The battle continues...

The government hospital in Kolhapur, Maharashtra has taken prudent steps to fight against the possible third wave of COVID-19. The following on-ground report throws light on it.


Akash Umesh Khandke

Kolhapur: This is a great strategy where you anticipate and prepare much in advance. The staff at Chhatrapati Parmilatai Raje Hospital (CPR), a government hospital in Kolhapur, Maharashtra, is confident that they can tackle the possible third wave of COVID-19.

According to the hospital's management, a children’s ward of 30 beds equipped with ventilators and other requisite medical equipment has been set up. For mild and asymptomatic children, a covid centre containing 100 beds is ready.

"It is a misconception among people that the third wave of COVID-19 will affect only children. According to various studies, this wave will infect people of all age groups. For the last 10 days, 1000 to 1500 people have been testing positive for the virus in Kolhapur. Earlier the cases were crossing the 2000 mark every day. This implies that the COVID-19 curve has stabilized. However, people should stay at home and take precautions to avoid the third wave," says Mr. More, Dean, CPR Hospital.

Mucormycosis infection is the new big challenge amid COVID-19. Currently, 80 patients infected with mucormycosis are admitted. According to the dean, this is a fungal infection that is prevalent among people who have recovered from COVID-19 infection. If not treated on time, the patient may lose eyesight. We have been operating 4 to 6 patients infected with mucormycosis every day.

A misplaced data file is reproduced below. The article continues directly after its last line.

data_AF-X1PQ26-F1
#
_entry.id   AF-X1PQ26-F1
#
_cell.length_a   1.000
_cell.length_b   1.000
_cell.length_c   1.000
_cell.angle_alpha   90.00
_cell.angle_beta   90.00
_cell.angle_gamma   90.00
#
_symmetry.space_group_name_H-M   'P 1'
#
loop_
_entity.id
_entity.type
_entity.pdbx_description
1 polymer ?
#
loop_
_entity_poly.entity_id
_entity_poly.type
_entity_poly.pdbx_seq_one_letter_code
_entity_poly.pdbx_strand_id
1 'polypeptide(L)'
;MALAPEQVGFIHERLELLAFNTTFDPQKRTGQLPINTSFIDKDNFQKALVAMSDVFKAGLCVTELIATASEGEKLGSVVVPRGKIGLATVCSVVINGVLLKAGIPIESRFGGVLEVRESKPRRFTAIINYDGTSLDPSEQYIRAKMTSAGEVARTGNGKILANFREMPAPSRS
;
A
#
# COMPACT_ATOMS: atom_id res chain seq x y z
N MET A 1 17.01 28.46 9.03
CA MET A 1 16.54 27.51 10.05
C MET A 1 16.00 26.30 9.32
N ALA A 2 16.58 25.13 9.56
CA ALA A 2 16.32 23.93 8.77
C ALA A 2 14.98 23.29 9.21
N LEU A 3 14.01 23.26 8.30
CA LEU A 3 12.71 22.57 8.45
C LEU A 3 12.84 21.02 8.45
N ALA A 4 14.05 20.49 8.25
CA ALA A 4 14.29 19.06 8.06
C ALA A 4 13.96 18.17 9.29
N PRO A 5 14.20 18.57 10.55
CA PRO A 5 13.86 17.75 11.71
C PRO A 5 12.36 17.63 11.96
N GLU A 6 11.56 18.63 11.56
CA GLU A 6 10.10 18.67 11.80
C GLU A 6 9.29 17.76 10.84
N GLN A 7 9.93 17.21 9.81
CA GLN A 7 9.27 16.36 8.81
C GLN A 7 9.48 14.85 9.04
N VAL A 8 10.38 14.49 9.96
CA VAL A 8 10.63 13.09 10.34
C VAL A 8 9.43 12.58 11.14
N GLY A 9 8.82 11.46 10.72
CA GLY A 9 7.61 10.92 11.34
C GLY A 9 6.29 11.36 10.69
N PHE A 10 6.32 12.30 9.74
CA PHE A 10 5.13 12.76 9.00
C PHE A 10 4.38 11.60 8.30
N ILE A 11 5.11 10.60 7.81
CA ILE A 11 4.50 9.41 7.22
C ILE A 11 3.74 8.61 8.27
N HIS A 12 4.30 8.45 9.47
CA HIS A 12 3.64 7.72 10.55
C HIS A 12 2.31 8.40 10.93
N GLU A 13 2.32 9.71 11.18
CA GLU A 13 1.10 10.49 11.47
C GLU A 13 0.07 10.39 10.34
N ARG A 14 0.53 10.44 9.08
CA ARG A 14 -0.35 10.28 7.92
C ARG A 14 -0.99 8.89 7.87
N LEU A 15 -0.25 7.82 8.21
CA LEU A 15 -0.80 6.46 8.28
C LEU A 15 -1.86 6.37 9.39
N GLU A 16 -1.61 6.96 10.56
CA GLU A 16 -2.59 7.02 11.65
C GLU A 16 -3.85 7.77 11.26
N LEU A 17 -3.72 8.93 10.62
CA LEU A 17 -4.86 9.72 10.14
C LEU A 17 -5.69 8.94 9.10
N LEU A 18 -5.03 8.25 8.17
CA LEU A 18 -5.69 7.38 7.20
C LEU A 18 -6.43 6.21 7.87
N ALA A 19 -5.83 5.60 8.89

The treatment expense of mucormycosis is covered under Mahatma Jyotirao Phule Jan Arogya Yojna. There are 31 hospitals in the Kolhapur district registered under this scheme where patients can avail free treatment.

According to many patients and their relatives, the CPR hospital is one of the best options for COVID-19 treatment in the city.

"I was admitted to the CPR's COVID-19 ward for 10 days. The hospital staff was available round the clock. Senior doctors visited the ward twice a day. Many of my colleagues who were admitted in private hospitals were not happy with the facilities in those hospitals," says Atul More.

Even though the COVID-19 infections have been plummeting throughout the district, the patients' load on CPR is still significant. There are 490 beds reserved for COVID-19 patients. Along with this, there are 10 waiting beds.

"Many people come directly for admission without confirming the availability of beds at war rooms. When they run out of funds, relatives discharge patients from private hospitals and bring them here. Owing to this all the beds are always occupied" says Bunty Sawant, storekeeper at the hospital.

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